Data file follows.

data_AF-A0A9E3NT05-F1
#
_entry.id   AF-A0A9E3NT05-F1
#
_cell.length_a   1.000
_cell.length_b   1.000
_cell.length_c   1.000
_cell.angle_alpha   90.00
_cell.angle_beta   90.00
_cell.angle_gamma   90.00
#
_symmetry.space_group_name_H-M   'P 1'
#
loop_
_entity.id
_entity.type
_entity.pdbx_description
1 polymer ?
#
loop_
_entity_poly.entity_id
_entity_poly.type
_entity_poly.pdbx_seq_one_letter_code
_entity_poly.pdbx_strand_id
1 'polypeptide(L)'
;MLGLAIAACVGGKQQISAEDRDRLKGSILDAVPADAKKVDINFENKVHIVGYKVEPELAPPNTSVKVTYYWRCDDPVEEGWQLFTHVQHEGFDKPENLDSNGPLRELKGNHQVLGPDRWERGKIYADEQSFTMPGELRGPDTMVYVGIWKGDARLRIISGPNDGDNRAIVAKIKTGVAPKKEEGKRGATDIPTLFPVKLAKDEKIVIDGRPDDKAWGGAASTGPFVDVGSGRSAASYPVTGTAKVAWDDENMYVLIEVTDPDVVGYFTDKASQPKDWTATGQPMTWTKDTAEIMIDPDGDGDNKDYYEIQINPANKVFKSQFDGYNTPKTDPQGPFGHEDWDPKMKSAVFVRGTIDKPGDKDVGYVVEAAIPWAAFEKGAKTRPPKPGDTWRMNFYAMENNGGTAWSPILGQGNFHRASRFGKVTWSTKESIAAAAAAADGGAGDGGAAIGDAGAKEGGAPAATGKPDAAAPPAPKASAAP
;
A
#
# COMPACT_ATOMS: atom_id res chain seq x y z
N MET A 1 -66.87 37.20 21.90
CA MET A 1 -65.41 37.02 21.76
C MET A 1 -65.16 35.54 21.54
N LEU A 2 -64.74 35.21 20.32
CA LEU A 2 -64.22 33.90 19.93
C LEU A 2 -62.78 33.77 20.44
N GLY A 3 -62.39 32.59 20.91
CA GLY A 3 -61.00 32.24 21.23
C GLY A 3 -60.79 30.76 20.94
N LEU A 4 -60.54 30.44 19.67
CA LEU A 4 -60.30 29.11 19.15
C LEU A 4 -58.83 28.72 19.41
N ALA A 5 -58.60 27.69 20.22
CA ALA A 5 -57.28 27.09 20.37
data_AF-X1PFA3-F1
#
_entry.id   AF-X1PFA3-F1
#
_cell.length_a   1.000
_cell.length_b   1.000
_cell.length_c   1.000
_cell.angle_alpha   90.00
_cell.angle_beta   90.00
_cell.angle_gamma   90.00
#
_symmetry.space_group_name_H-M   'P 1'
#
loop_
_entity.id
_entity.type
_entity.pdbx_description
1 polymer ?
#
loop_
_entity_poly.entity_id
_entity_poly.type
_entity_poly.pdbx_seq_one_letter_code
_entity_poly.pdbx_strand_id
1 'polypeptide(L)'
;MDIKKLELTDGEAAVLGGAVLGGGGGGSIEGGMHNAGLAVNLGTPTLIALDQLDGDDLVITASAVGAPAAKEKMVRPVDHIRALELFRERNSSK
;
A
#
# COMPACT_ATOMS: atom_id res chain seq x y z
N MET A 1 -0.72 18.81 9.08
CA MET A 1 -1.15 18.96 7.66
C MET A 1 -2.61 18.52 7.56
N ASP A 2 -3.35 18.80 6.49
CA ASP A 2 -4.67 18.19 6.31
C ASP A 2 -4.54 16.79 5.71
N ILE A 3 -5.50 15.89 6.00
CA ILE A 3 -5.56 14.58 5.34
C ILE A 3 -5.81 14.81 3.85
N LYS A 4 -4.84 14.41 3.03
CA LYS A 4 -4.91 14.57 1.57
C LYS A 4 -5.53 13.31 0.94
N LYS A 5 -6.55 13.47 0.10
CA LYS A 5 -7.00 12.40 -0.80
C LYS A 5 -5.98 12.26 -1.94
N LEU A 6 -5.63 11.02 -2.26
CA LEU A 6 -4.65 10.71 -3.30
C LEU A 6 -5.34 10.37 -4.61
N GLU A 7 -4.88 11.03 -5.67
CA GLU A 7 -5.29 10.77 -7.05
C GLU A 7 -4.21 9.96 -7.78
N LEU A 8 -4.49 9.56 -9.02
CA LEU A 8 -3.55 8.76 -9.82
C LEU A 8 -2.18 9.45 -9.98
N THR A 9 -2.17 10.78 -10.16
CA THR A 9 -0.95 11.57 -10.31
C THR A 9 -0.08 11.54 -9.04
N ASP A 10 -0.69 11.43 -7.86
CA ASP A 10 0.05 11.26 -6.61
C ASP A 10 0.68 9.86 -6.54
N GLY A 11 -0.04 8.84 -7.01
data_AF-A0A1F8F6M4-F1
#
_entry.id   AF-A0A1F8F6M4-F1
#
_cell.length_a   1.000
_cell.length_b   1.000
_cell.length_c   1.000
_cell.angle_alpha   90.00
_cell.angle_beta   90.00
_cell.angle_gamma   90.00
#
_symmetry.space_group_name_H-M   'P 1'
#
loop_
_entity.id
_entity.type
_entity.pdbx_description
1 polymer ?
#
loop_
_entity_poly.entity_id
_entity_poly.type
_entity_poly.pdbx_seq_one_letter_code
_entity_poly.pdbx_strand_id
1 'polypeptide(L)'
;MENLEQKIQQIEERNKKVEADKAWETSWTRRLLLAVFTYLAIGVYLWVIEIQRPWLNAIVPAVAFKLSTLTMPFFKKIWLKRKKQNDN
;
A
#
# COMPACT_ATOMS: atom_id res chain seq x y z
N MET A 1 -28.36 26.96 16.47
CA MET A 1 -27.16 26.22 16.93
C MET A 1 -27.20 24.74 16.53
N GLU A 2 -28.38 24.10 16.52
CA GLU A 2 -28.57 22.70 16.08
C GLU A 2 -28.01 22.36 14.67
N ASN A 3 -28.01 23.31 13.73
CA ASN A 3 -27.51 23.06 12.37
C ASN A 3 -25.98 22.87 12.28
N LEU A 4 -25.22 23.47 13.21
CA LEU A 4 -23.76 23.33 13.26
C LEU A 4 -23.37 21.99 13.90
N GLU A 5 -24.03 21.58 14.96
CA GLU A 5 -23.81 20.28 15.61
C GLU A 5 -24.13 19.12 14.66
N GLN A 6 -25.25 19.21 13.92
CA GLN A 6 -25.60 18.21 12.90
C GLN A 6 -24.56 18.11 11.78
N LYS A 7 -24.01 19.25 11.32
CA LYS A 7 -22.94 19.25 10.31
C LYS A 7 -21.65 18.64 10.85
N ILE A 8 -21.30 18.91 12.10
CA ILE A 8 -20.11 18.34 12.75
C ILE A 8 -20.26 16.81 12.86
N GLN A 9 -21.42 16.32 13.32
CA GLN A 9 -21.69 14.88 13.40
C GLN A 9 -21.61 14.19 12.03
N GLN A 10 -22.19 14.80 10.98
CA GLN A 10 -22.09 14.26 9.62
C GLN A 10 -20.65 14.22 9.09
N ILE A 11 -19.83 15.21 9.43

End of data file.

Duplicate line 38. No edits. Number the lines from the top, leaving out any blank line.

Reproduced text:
CA GLY A 3 -61.00 32.24 21.23